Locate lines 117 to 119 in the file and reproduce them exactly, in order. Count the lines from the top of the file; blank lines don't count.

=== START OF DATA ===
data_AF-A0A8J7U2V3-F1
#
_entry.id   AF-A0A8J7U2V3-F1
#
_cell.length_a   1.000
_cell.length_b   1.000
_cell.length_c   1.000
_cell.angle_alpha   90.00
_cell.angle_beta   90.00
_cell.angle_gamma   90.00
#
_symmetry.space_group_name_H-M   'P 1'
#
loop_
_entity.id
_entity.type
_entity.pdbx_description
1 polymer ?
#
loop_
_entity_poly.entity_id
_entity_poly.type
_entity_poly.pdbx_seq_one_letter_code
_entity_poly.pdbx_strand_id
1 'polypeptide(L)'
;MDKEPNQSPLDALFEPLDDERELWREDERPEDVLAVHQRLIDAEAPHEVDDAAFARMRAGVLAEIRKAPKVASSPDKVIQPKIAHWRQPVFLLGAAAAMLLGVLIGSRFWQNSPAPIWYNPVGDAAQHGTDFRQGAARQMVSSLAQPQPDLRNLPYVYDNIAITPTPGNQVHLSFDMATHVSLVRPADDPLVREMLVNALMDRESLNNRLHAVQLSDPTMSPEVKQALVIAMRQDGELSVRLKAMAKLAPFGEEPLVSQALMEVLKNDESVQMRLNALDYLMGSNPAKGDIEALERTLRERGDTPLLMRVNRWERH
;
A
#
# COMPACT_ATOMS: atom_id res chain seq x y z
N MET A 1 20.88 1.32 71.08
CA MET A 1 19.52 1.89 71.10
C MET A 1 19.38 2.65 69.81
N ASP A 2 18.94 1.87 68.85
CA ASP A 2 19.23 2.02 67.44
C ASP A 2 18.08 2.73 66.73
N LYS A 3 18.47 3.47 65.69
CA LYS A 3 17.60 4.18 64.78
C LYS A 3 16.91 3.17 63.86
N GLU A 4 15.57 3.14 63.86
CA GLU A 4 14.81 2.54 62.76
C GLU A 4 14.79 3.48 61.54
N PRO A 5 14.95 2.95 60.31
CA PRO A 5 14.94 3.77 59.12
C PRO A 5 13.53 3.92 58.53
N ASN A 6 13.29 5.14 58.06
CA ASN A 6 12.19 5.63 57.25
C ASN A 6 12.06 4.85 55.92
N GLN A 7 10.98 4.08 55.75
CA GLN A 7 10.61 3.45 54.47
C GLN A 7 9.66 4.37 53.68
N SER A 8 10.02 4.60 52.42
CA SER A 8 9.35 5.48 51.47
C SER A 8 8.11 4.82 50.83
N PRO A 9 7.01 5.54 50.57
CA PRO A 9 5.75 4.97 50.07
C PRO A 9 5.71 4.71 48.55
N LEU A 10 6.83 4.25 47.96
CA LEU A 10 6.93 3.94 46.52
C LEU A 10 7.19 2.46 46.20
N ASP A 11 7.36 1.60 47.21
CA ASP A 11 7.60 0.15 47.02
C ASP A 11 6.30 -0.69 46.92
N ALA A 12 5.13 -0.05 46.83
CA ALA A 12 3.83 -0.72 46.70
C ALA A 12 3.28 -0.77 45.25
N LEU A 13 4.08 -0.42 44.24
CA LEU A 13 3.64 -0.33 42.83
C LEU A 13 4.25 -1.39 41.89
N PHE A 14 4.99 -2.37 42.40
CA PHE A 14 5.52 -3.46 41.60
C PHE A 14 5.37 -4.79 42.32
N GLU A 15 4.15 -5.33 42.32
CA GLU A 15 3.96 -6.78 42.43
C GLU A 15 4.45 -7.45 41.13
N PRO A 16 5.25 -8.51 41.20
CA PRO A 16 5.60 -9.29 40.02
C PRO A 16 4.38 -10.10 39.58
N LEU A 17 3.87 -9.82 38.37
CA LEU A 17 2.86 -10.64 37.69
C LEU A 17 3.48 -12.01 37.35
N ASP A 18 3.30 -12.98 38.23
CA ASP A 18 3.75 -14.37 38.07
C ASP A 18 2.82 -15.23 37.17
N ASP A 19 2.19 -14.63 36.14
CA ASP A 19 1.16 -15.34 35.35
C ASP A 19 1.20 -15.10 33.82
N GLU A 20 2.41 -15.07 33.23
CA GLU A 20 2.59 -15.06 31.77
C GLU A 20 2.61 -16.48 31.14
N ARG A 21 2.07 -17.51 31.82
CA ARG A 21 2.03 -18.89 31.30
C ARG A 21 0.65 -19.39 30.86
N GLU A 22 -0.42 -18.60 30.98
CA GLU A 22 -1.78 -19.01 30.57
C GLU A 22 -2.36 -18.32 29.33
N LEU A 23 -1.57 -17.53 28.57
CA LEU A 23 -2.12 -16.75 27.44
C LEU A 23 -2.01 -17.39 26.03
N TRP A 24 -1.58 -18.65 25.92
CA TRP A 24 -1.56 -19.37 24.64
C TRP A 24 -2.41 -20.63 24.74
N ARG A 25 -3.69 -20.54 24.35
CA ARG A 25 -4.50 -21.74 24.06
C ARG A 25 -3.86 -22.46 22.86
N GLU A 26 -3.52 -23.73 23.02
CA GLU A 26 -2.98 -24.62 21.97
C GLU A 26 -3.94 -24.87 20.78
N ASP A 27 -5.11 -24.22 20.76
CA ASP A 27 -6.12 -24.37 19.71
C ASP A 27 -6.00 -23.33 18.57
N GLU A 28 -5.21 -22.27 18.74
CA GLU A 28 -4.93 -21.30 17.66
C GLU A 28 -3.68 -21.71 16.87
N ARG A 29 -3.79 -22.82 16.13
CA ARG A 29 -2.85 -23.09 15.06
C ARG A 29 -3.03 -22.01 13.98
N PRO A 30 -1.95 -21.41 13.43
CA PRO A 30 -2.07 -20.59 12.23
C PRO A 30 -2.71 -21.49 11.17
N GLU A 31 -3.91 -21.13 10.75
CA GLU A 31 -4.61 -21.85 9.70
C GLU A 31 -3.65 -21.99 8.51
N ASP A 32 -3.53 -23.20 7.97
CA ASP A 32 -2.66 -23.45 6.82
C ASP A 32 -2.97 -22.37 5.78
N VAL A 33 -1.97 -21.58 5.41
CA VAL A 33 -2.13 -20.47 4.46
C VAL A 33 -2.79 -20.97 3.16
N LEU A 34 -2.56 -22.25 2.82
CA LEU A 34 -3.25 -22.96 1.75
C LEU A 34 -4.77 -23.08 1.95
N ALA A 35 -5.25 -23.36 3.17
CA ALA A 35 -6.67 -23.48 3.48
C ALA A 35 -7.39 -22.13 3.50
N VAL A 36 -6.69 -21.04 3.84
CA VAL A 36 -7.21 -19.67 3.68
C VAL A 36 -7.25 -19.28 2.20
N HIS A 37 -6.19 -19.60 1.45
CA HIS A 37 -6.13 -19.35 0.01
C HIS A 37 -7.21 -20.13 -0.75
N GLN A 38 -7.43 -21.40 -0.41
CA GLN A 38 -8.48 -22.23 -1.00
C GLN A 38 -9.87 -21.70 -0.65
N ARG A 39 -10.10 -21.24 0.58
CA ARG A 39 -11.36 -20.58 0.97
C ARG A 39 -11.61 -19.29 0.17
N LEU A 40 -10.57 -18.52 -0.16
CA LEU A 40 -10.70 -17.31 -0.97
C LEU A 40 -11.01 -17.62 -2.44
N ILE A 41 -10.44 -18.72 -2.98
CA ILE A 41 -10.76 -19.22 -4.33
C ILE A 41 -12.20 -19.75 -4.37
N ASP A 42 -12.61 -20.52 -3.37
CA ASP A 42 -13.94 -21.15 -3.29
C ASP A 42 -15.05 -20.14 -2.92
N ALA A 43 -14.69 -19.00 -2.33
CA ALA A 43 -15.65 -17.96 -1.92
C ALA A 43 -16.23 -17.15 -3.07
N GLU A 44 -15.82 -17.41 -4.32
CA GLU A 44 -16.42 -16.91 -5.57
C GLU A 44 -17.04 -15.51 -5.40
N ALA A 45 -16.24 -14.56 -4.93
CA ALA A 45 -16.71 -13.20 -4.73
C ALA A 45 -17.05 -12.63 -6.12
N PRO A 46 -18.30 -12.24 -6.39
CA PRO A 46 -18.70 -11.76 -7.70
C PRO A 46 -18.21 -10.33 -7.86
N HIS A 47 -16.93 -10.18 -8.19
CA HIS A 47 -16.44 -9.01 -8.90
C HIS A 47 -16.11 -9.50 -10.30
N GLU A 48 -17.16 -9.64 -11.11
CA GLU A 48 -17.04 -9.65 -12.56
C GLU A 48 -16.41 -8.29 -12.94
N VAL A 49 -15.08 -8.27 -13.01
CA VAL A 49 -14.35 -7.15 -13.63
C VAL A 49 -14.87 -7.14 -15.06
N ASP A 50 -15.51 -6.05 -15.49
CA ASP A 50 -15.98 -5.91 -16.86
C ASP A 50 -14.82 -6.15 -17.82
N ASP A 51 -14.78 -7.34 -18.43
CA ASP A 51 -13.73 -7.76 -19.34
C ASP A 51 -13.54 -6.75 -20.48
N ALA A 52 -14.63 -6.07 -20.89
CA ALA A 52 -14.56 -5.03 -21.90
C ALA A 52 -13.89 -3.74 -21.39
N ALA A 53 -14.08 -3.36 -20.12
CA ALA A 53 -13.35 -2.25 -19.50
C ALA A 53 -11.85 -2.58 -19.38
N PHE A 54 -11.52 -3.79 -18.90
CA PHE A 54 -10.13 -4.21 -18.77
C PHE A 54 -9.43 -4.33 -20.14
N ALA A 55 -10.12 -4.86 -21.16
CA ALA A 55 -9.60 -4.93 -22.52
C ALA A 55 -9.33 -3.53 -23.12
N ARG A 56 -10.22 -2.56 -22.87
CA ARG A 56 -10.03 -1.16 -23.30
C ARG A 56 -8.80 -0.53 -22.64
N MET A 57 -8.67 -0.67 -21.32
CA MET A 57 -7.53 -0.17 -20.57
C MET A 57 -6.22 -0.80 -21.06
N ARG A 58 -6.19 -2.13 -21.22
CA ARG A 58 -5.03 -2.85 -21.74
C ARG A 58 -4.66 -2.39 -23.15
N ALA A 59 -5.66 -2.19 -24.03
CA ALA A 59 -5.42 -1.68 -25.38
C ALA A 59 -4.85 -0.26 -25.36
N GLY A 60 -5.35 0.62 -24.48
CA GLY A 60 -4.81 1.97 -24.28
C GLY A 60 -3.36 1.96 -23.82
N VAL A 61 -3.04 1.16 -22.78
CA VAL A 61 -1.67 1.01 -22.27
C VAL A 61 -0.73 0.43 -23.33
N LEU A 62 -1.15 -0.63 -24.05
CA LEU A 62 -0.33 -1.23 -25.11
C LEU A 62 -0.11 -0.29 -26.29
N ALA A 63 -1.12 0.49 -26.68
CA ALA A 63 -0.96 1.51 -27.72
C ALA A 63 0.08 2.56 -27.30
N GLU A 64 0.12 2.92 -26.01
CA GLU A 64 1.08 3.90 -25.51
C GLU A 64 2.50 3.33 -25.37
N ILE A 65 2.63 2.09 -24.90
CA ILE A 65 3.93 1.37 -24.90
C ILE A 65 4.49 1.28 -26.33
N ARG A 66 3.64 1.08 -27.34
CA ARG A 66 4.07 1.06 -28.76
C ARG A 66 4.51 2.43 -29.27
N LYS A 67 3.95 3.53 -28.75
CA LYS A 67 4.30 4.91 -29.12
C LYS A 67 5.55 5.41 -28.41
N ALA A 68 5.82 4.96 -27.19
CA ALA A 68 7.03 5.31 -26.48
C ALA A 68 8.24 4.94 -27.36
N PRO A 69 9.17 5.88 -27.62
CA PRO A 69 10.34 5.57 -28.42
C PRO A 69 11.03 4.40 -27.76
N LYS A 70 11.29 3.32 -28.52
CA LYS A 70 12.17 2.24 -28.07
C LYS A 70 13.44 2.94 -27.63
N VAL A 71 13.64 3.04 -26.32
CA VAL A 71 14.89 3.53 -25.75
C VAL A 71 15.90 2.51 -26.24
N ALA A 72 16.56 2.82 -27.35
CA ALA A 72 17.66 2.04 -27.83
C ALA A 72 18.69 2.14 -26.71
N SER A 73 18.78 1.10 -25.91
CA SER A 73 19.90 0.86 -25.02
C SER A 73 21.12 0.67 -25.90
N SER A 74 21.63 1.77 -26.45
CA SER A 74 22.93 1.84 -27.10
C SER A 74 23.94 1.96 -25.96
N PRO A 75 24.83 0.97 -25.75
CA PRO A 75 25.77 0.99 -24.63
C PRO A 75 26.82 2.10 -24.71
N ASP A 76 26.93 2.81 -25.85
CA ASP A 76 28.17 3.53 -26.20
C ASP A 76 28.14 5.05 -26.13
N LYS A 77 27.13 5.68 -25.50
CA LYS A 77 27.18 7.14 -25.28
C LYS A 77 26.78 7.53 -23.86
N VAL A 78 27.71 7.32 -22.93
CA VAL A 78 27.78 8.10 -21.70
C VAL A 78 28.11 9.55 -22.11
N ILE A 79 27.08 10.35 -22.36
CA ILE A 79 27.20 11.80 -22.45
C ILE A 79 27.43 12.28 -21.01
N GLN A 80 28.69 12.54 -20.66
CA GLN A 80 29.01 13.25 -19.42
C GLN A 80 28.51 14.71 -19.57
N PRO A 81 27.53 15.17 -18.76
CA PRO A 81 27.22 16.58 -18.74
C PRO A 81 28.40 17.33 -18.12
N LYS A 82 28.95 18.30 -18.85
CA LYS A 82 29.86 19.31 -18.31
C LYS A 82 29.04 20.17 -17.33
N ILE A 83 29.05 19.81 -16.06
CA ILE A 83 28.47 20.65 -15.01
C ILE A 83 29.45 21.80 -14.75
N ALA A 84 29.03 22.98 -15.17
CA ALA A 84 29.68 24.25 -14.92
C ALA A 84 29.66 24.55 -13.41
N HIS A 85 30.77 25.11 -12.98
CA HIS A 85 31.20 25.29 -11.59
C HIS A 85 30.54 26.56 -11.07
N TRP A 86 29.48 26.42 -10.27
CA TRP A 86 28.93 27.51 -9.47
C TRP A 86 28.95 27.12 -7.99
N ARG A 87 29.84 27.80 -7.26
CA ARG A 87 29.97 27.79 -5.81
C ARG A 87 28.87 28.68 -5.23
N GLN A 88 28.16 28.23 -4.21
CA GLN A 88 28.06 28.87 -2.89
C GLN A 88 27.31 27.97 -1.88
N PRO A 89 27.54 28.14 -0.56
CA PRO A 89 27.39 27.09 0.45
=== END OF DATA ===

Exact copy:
C ARG A 29 -3.03 -22.01 13.98
N PRO A 30 -1.95 -21.41 13.43
CA PRO A 30 -2.07 -20.59 12.23